Today, Jesus goes on commenting the Commandments. The Israelites had a great respect for the name of God, a fearful veneration, for they knew that names refer to persons, and God deserves all respect, all honor and all glory, by thought, word and deed. This is why —bearing in mind that swearing is to place God as witness to the truth of what we are saying— the Law commanded them: «Do not break your oath; an oath sworn to the Lord must be kept» (Mt 5:33). But Jesus comes to perfect the Law (and, therefore, to perfect us too by following the Law), and goes a step further: «Do not take oaths. Do not swear by the Heavens (...), nor by the earth (...)» (Mt 5:34). We cannot actually say that to swear is bad, per se, but to make an oath legitimate a few conditions are needed first, such as a fair, grave and serious cause (for instance, a lawsuit), and that your oath be true and good.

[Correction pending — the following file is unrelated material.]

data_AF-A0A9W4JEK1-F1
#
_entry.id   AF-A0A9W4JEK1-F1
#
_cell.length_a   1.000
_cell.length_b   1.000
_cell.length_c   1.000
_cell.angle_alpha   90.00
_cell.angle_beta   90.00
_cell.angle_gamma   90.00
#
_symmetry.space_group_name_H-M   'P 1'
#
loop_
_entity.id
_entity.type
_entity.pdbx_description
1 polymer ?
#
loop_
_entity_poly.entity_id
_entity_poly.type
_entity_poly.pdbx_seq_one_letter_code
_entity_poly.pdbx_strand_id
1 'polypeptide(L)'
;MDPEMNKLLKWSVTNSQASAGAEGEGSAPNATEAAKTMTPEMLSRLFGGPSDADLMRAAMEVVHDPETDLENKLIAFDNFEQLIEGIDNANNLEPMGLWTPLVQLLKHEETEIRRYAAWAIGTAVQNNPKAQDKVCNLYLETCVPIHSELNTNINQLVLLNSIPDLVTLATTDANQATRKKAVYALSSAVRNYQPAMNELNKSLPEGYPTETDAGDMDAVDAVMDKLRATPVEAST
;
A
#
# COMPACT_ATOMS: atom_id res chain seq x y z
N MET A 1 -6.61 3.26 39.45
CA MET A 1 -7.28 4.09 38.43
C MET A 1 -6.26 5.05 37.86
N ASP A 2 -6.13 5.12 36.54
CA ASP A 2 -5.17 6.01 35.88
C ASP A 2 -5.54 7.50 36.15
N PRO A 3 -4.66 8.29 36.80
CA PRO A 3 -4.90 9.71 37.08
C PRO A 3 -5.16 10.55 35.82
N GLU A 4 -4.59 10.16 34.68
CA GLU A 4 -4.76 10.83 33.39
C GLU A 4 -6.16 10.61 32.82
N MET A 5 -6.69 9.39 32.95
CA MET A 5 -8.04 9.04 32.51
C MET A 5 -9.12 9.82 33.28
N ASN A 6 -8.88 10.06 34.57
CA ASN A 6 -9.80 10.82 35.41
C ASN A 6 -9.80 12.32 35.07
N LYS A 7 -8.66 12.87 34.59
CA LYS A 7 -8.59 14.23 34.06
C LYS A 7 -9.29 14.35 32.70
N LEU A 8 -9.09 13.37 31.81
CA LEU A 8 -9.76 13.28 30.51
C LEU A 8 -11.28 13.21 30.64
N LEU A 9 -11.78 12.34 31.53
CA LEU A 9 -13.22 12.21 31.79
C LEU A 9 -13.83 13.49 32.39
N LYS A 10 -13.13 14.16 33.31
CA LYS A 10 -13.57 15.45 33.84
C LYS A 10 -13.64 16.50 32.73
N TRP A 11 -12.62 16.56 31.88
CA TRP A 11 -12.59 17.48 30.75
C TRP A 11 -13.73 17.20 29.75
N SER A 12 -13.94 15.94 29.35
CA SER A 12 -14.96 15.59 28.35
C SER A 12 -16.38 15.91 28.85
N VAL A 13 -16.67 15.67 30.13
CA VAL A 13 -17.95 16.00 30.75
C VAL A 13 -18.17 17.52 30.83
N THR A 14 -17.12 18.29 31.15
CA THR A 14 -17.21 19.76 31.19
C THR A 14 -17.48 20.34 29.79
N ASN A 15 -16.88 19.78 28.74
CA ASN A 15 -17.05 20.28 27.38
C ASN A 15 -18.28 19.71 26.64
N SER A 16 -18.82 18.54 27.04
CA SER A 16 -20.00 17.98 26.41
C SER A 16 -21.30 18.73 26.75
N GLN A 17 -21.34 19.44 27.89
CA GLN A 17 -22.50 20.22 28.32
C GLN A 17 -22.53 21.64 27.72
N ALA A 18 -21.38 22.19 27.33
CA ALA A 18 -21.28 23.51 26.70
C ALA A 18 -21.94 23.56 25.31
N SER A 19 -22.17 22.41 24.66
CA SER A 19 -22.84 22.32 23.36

But the Lord says even more: «Say yes when you mean yes and say no when you mean no» (Mt 5:37). That is, He invites us to live in truth on every instance, to conform our thinking, our words and our deeds to the truth. But, the truth is what? This is the great question, already formulated in the Gospel, during the judgment against Jesus, in Pilate's own words, which so many thinkers, throughout time, have been trying to answer to. The Truth is God. Whoever lives by pleasing God, by abiding by his Commandments, lives in Truth. The Rector of Ars says: «The reason why so few Christians act with the exclusive purpose of pleasing God is because they are immersed in the most terrible ignorance. O God, how many good deeds are lost for Heaven!». It would be good to ponder over it.
We must develop ourselves, to read the Gospel and the Catechism. And afterwards, we must live by what we have learnt.